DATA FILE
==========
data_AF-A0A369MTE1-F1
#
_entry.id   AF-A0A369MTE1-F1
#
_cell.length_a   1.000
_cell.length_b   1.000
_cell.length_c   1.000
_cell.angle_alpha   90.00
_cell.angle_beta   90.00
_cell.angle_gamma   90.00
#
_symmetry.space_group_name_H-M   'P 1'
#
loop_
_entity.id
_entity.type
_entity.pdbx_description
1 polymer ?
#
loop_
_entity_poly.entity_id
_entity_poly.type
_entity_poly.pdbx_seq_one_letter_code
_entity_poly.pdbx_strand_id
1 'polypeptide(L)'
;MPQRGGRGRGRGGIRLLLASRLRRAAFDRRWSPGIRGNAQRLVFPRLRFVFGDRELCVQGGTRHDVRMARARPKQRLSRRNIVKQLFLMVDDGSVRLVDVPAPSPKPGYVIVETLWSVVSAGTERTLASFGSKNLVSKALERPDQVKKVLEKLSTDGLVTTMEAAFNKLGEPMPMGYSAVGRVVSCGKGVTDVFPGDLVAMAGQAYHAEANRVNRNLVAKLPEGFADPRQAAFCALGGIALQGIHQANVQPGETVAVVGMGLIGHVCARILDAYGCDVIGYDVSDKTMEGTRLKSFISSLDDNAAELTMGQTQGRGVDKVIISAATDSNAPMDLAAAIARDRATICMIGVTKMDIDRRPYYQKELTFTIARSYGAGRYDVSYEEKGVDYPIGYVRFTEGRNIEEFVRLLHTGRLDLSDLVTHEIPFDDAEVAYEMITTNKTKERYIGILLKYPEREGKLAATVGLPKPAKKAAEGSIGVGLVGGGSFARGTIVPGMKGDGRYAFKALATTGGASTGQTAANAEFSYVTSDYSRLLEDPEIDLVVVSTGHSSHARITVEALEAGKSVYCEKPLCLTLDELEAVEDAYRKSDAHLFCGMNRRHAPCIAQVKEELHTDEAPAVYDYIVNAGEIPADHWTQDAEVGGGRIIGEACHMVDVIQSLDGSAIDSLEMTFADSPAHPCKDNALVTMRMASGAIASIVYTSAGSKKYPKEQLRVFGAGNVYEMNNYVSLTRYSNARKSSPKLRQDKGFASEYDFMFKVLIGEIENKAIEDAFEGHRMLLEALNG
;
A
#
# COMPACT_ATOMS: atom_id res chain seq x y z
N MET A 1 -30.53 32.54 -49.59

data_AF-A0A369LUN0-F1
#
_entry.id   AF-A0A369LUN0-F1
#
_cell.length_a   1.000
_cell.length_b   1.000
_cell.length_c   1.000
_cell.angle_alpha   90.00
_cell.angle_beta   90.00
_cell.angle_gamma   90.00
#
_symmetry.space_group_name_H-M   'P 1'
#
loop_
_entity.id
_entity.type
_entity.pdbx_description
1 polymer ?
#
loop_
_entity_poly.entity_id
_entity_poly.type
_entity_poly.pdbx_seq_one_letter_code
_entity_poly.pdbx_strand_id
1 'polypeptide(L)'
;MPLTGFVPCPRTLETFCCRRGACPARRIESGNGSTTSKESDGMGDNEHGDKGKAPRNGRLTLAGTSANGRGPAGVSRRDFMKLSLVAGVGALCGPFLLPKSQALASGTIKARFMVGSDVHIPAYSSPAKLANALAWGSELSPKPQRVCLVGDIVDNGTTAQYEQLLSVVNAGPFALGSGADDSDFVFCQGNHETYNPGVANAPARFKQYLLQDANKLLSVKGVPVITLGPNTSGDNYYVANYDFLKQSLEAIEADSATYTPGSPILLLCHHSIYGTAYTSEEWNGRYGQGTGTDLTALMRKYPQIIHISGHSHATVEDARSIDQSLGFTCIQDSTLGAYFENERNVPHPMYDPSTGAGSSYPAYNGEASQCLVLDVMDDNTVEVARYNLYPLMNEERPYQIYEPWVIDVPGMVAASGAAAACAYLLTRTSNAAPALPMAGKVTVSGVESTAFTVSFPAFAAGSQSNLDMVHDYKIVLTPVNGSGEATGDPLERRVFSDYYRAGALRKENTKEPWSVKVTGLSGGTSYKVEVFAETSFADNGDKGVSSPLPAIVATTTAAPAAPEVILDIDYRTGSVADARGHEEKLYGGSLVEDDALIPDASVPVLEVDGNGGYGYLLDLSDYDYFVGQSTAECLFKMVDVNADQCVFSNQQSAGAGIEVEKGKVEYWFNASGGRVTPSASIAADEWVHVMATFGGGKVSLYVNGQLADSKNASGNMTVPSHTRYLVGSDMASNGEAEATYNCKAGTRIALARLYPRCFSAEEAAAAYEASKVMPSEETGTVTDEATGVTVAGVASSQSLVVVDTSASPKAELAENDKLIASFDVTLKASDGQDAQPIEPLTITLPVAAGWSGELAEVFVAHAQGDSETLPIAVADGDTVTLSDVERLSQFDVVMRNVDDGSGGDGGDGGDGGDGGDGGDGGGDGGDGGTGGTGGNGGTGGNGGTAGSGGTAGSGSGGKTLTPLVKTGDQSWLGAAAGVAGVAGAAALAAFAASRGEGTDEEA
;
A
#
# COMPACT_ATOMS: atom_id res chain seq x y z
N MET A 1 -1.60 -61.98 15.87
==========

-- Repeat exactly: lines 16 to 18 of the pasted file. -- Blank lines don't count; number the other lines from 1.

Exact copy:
_entity.type
_entity.pdbx_description
1 polymer ?